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From an Expert: How to Keep Good Friends and Lose the Bad

Marta Kauffman, creator of Grace and Frankie and a speaker at our LA Out Loud event on Sunday, talks about maintaining good friendships.

Editor’s Note: We think of Marta Kauffman as an expert on friendship, since she’s the co-creator of Friends and Grace and Frankie, which is based on a solid female friendship. Marta is speaking at our NextTribe Out Loud event in L.A. on Sunday, Sept. 18th about Aging Boldly and how to make the most out of this chapter of life. But we wanted you to see what she says about friendship here because it will reinforce all you’ve ever felt about your dearest gal pals. 


So much of life right now is confused and tentative, but the pandemic that has brought such general fogginess has also brought clarity in some ways. We’re more aware than ever that we need friends, though not just any friends will do.  “All of us are at the point in our lives and going through so much right now that we need to think about, who do we love? Who do we want to nurture?” said author Amy Ferris last week in a NextTribe event on friendship. It’s time to be selective, time to make sure we realize what makes a good friend and how to nourish that relationship.

Hear Marta Kauffman speak about Aging Boldly and how we can make the most of this chapter in life at our NextTribe Out Loud event on Sun. Sept. 18th. Join us in person or live-streaming. Tickets here. 

One of Ferris’s good friends, a new good friend, is Marta Kauffman, the co-creator of Friends and Grace and Frankie, and the two of them appeared together at our event. Kind of a case study in the potential of friendship and confirmation that it’s never too late to make life-changing friends.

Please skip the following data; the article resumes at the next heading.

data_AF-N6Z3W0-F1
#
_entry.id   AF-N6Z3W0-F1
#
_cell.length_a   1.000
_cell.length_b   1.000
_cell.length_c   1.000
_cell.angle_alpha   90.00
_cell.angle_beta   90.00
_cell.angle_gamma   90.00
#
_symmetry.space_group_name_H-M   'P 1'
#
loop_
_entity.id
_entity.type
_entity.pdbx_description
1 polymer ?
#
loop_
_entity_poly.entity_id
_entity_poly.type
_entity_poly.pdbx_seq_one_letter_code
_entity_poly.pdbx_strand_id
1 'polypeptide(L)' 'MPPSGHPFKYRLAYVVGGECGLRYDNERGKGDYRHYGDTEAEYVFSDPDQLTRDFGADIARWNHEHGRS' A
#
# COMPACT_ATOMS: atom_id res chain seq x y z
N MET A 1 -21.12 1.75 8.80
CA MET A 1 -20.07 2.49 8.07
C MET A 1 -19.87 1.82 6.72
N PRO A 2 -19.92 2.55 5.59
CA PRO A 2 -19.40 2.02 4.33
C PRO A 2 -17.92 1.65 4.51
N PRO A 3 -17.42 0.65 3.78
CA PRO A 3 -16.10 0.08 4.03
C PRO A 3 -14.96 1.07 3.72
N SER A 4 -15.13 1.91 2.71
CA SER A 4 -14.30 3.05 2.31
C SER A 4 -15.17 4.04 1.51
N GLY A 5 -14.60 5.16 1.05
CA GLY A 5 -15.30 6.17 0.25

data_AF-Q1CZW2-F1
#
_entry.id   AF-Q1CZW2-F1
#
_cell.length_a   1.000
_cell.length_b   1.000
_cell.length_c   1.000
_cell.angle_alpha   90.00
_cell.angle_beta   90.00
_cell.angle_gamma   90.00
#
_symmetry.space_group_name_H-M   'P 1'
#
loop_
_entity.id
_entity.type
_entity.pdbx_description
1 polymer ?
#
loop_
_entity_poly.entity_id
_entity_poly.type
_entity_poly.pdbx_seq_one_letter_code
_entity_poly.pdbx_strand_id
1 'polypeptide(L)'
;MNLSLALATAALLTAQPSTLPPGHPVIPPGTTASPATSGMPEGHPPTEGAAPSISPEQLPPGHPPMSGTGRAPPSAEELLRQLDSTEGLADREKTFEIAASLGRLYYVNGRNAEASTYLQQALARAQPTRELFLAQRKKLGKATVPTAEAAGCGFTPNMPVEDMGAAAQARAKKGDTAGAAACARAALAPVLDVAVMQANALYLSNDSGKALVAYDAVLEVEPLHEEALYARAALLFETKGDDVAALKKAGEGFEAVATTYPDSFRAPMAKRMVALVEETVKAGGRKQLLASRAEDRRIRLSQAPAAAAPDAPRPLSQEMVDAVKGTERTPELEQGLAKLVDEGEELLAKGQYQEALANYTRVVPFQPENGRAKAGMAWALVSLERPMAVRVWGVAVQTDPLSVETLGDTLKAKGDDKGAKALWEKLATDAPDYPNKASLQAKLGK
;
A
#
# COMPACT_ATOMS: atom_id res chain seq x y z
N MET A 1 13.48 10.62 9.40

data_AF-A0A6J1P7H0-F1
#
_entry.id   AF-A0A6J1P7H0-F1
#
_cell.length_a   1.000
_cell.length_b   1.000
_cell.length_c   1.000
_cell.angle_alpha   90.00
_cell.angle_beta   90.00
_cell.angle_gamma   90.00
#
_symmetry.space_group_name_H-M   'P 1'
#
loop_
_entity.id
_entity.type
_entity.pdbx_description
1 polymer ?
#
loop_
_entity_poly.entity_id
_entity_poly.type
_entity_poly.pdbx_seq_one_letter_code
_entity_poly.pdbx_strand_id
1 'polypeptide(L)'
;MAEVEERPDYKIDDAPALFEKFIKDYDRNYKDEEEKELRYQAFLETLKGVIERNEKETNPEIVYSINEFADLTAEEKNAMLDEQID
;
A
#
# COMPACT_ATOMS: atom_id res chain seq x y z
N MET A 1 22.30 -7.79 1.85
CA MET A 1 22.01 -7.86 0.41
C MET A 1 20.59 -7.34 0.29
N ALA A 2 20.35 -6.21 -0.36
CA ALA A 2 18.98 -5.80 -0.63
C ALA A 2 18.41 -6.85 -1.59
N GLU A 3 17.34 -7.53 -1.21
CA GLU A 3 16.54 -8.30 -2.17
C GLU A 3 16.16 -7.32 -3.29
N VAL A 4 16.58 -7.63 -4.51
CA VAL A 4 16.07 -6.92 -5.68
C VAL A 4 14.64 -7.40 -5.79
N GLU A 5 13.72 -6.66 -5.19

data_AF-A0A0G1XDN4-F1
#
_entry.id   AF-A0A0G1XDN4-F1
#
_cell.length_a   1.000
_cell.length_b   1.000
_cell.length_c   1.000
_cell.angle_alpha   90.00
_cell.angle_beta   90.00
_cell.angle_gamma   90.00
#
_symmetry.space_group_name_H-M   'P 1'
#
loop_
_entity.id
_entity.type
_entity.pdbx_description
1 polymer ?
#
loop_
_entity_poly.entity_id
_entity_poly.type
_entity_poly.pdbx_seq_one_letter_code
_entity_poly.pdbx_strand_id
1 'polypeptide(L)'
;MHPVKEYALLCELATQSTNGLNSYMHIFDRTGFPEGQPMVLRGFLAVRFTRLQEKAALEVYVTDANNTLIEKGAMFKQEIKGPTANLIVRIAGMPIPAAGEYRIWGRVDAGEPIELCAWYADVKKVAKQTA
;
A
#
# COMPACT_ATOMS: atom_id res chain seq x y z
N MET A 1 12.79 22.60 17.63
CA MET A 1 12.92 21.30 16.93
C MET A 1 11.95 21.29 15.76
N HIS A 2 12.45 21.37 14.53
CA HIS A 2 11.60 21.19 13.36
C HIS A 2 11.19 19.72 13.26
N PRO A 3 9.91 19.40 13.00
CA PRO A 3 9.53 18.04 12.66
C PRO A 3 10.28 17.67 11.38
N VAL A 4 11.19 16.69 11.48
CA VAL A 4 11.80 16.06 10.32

Ferris and Kauffman call their friendship “miraculous.” That’s because they live on opposite coasts, and have never met in person, having just found each other during the pandemic. But their friendship shows us how quickly deep bonds can form, if you’re open to it. They report that they almost instantaneously realized their fondness for each other. At our event, their humor and synched energy offered viewers, especially those looking for new friends or needing closer connection, hope that even though we’re isolated right now, we don’t have to be alone.

Here’s an edited, condensed version of our hour-long conversation:

Anatomy of a Friendship

How did you two meet?

Amy Ferris I obviously knew who Marta was. We have a couple of mutual friends. I’d post something on Facebook, she’d respond and I’d respond to her. We actually decided we should have cocktails [over Zoom], and to be really honest, it was like love at first sight. It’s so nice to find women of a certain age, 40 and up, that you really connect to.